In my post about the Author Guild’s lawsuit against HathiTrust and some of its university partners, I promise to consider further the question of why the complaint was so focused on orphan works. Why the plaintiffs put so much emphasis there, since presumably they cannot show that they or the members they represent actually hold any copyrights in those specific works? In a story for Inside Higher ed., a spokesperson for the Authors Guild maintains that the suit really isn’t about orphan works; nevertheless, I continue to think that that is exactly what it is about. Jennifer Howard from the Chronicle of Higher Education gets it right, I think, when she writes that “The plaintiffs seek to take control of those files out of the hands of libraries until Congress establishes guidelines for the use of digital libraries and orphan works.” The lawsuit seems most understandable, I maintain, as part of a strategy to dictate the terms by which the orphan works problem is “solved,” and we need to look closely at what that strategy might involve.
In his excellent post about the lawsuit, Professor James Grimmelmann makes two comments about the Authors Guild’s “grand strategy” with which I respectfully disagree. He says that the AG has switched positions and now opposes action on orphan works, and he suggests that the effect of the lawsuit will be to discourage Congress from getting into the orphan works arena at all. On the contrary, I believe that this is part of a campaign to get Congress to address orphan works by setting up a licensing scheme, similar to the one Canada uses, in which each use of an orphan work must be licensed and a royalty paid. I think the hope is to collect royalties on using orphans that will ultimately be distributed to authors (or publishers?) of similar “categories” of work. With the failure of the Google Books Settlement, I think this is the next attempt by the content industries to sell what they do not own on behalf of parties they cannot identify, and then keep the money.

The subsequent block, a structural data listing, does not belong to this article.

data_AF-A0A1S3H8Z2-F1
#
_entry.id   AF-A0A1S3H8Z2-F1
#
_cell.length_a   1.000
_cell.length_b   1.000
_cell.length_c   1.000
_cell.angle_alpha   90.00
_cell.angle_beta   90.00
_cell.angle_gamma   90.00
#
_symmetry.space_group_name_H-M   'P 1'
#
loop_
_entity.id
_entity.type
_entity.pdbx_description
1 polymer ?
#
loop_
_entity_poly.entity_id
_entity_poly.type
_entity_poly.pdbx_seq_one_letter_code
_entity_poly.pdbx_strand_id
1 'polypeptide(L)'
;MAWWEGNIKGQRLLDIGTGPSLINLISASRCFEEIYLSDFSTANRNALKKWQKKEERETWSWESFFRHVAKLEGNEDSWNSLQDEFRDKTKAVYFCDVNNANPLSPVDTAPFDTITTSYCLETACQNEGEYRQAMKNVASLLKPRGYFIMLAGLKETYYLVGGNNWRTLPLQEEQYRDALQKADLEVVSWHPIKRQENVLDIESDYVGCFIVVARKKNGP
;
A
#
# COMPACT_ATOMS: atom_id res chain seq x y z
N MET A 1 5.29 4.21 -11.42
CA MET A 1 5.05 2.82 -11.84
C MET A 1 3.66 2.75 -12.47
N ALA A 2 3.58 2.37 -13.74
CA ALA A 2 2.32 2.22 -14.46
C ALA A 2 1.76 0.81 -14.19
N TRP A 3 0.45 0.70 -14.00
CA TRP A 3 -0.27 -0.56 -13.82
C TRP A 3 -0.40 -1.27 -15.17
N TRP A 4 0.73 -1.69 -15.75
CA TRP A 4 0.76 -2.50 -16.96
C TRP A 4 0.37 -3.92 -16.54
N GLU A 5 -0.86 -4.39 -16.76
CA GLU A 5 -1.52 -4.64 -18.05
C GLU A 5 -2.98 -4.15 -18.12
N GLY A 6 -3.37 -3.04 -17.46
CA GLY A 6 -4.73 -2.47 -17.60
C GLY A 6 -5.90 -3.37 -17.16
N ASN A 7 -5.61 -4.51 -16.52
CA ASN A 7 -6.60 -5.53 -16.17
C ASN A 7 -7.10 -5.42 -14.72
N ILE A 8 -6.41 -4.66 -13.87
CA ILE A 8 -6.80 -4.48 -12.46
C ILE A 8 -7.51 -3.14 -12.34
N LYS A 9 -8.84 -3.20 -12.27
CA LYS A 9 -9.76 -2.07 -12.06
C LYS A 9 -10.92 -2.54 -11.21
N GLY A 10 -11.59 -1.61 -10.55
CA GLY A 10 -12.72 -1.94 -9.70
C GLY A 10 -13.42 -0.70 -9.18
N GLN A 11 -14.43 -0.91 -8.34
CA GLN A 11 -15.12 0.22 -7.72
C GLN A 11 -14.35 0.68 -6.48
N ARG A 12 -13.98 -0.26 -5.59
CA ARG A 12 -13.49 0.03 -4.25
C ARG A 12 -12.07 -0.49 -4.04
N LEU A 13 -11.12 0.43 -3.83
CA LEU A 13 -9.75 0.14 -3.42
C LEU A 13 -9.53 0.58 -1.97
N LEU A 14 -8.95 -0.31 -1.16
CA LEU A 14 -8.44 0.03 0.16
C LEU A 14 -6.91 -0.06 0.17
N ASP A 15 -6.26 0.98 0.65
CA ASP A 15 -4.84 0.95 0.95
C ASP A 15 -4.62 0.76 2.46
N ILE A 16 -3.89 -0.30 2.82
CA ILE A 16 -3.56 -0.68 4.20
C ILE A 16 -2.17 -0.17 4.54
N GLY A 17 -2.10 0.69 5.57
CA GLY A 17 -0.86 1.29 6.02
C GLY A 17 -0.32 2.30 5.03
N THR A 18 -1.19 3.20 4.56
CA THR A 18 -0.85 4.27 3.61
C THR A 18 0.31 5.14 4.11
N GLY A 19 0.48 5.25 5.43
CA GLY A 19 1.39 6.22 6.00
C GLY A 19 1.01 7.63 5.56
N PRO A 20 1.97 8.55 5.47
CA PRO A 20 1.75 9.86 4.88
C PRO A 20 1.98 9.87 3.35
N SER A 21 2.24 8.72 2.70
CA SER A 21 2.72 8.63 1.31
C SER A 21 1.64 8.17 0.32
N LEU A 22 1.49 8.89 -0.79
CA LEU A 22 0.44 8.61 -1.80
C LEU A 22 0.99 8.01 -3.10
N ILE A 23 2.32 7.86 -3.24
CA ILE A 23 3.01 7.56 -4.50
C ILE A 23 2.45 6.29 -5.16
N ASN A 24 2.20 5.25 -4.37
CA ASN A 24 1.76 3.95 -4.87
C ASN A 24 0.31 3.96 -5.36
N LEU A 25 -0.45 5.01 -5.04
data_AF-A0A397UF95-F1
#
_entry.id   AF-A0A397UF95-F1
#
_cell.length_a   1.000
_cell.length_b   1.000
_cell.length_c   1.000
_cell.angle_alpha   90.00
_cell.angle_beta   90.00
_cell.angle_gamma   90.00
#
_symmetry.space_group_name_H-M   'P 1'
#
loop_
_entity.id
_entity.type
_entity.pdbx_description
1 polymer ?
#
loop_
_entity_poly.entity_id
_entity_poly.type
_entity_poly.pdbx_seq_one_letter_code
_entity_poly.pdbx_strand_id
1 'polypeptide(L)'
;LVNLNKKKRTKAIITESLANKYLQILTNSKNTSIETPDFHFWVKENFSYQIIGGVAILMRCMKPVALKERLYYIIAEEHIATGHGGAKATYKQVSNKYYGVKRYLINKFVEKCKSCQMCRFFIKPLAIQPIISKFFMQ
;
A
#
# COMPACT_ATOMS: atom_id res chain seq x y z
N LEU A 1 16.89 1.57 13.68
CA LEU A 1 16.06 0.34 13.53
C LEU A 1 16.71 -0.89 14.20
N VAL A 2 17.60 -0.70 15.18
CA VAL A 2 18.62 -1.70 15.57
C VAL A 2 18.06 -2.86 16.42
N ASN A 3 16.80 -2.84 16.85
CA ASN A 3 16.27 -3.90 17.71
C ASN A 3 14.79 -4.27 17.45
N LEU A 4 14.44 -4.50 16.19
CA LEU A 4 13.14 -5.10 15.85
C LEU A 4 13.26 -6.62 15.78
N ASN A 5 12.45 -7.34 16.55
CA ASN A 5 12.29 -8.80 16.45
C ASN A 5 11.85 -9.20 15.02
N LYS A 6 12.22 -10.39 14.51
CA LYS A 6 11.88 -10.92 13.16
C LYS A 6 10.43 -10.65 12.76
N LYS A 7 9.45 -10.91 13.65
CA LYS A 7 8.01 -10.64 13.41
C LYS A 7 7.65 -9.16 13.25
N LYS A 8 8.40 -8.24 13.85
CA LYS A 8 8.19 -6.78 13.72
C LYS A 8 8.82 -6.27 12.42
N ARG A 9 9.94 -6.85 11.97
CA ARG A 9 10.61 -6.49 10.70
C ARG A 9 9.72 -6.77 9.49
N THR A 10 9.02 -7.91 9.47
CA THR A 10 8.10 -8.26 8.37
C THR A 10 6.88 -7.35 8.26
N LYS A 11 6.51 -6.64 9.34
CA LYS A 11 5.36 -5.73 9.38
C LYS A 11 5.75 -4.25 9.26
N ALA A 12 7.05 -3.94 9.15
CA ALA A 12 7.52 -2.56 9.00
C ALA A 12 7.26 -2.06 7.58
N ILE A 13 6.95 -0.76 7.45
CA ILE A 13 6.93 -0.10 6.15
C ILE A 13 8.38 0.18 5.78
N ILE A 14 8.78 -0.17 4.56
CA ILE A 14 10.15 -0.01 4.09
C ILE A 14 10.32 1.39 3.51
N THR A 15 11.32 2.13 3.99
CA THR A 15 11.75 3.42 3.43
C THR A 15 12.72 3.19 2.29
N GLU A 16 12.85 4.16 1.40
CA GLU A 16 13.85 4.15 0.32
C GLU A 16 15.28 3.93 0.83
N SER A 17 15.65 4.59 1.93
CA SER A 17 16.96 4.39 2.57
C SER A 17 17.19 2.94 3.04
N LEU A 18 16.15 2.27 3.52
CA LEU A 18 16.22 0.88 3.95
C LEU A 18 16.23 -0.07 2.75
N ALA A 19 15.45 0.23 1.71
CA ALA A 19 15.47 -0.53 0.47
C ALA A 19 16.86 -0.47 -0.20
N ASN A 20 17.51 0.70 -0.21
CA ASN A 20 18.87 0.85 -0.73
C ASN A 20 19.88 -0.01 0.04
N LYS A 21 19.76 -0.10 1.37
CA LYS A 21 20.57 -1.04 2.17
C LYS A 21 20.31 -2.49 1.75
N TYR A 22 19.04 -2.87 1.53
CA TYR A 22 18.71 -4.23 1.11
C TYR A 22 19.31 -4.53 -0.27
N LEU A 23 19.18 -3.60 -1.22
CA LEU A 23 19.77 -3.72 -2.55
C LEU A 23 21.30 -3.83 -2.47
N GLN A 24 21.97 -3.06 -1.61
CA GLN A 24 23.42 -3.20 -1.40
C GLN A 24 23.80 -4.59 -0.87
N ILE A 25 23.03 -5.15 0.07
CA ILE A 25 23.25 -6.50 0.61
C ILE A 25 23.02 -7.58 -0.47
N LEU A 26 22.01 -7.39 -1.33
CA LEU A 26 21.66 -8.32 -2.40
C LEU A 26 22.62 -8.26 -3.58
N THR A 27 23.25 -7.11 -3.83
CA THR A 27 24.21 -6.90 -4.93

One of the first bits of evidence I cite for this opinion is this short report about comments sent to the European Union, as it considers its own orphan works directive, from the International Federation of Reproduction Rights Organizations. IFFRO is the trade group for collective rights management groups, including US groups like ASCAP and the Copyright Clearance Center. In their comments, they tell the EU that “Orphan works should be administered through collective management and licensing,” the rules and conditions of which should be left in the hands of those who publish similar “categories” of works. IFRRO does not address where the money would go, but the Canadian model for orphan works gives us a clue; when royalties are paid to collecting societies in Canada, they are normally held for five years (in case a rights holder surfaces) and then become part of the regular funds of the rights organization, presumably for distribution.